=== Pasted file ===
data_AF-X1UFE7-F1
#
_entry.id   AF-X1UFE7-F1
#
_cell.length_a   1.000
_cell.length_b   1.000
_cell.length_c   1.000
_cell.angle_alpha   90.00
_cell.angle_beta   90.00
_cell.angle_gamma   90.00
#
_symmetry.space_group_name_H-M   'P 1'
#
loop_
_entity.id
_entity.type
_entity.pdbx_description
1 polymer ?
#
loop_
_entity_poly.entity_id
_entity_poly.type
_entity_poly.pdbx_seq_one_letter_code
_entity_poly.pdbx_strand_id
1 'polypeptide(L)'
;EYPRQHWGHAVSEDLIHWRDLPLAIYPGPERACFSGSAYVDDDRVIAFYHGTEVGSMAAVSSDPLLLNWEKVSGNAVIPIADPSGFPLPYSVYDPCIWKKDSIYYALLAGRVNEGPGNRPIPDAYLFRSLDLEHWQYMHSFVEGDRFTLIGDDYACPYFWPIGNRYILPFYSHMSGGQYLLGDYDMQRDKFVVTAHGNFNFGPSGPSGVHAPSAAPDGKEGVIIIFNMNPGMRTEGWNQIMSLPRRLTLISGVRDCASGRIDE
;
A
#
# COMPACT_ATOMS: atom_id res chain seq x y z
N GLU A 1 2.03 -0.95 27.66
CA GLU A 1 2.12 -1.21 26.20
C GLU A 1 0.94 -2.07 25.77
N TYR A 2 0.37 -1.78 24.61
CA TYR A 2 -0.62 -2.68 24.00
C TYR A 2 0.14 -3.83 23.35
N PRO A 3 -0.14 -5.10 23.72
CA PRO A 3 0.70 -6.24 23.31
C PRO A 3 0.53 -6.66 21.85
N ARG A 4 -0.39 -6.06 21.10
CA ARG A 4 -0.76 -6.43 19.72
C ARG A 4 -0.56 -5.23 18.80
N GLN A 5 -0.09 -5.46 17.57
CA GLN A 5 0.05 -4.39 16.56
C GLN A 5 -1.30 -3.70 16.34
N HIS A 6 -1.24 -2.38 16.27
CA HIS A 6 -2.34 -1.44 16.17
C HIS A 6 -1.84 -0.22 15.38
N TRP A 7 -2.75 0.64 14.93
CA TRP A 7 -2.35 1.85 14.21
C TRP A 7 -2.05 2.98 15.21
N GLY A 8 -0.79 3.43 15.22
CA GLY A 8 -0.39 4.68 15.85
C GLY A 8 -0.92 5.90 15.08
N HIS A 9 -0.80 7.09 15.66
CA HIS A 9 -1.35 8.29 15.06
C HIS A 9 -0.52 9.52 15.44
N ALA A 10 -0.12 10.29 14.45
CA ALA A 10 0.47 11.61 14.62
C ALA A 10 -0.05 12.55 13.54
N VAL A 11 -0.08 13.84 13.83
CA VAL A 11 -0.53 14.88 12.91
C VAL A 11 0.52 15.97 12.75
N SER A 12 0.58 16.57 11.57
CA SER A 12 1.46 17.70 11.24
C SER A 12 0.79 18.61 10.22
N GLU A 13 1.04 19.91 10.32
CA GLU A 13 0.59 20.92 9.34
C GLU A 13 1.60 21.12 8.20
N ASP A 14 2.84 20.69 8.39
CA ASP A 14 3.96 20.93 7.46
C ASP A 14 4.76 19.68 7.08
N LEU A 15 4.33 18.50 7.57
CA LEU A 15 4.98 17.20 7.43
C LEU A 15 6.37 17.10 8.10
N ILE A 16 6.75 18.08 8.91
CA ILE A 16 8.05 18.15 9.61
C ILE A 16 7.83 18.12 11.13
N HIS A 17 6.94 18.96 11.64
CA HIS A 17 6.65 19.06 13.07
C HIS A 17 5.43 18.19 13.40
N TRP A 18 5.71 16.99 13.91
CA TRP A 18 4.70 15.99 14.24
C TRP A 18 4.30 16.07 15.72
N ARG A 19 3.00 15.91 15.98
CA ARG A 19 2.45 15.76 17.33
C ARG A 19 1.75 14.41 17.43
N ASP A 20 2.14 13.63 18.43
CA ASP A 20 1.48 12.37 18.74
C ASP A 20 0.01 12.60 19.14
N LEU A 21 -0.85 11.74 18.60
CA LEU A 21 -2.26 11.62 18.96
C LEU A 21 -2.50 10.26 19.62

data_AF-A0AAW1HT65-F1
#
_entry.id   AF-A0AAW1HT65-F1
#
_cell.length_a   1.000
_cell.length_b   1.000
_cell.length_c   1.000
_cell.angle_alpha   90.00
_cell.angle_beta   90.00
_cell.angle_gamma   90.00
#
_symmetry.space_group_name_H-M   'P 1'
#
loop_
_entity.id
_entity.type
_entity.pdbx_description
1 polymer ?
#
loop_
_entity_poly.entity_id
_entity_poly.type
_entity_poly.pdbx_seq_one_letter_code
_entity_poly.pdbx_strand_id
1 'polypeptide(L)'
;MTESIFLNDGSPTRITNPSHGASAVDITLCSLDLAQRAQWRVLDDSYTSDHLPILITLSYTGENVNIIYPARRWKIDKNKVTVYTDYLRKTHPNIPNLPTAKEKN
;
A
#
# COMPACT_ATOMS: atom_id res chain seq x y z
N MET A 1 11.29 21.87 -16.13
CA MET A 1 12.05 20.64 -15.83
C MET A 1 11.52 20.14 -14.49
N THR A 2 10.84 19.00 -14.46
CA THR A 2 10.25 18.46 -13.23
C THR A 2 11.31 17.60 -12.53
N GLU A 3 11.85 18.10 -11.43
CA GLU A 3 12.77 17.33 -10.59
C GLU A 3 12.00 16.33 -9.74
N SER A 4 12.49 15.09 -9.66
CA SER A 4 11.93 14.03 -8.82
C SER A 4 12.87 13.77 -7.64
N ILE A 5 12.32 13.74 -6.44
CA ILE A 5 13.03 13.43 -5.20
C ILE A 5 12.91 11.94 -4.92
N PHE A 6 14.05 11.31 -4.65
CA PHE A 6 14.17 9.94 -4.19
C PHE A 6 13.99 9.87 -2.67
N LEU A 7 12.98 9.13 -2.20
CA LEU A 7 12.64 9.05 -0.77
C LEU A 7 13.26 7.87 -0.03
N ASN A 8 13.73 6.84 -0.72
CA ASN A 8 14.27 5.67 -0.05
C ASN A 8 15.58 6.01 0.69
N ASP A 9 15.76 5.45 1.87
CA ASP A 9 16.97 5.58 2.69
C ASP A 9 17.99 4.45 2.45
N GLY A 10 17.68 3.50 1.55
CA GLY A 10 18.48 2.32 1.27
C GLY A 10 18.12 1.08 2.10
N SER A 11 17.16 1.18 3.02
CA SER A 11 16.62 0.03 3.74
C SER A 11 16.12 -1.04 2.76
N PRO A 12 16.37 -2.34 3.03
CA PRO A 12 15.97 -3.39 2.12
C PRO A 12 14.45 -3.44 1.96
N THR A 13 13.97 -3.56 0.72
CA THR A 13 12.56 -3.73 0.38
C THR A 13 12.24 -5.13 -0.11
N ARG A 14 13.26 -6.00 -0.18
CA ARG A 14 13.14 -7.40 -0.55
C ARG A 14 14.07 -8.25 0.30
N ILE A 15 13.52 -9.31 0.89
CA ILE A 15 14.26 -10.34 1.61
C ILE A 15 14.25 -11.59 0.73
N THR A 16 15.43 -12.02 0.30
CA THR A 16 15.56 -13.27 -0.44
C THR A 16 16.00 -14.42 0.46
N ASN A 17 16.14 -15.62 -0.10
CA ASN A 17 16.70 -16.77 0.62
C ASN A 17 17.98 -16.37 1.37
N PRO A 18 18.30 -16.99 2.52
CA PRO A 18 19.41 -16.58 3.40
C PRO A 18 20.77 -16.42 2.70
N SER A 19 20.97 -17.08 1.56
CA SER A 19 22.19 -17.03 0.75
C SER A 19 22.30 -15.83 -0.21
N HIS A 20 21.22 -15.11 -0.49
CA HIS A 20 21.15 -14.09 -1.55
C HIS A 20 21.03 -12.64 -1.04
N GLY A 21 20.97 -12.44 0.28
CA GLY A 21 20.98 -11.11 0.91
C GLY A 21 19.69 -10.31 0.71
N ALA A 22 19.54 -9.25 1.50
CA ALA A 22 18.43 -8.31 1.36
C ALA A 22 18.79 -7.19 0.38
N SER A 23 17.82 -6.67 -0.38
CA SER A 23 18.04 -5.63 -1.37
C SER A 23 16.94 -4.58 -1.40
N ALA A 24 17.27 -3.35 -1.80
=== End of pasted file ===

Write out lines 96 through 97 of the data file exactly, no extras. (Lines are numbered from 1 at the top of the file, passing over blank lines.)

_entry.id   AF-A0AAW1HT65-F1
#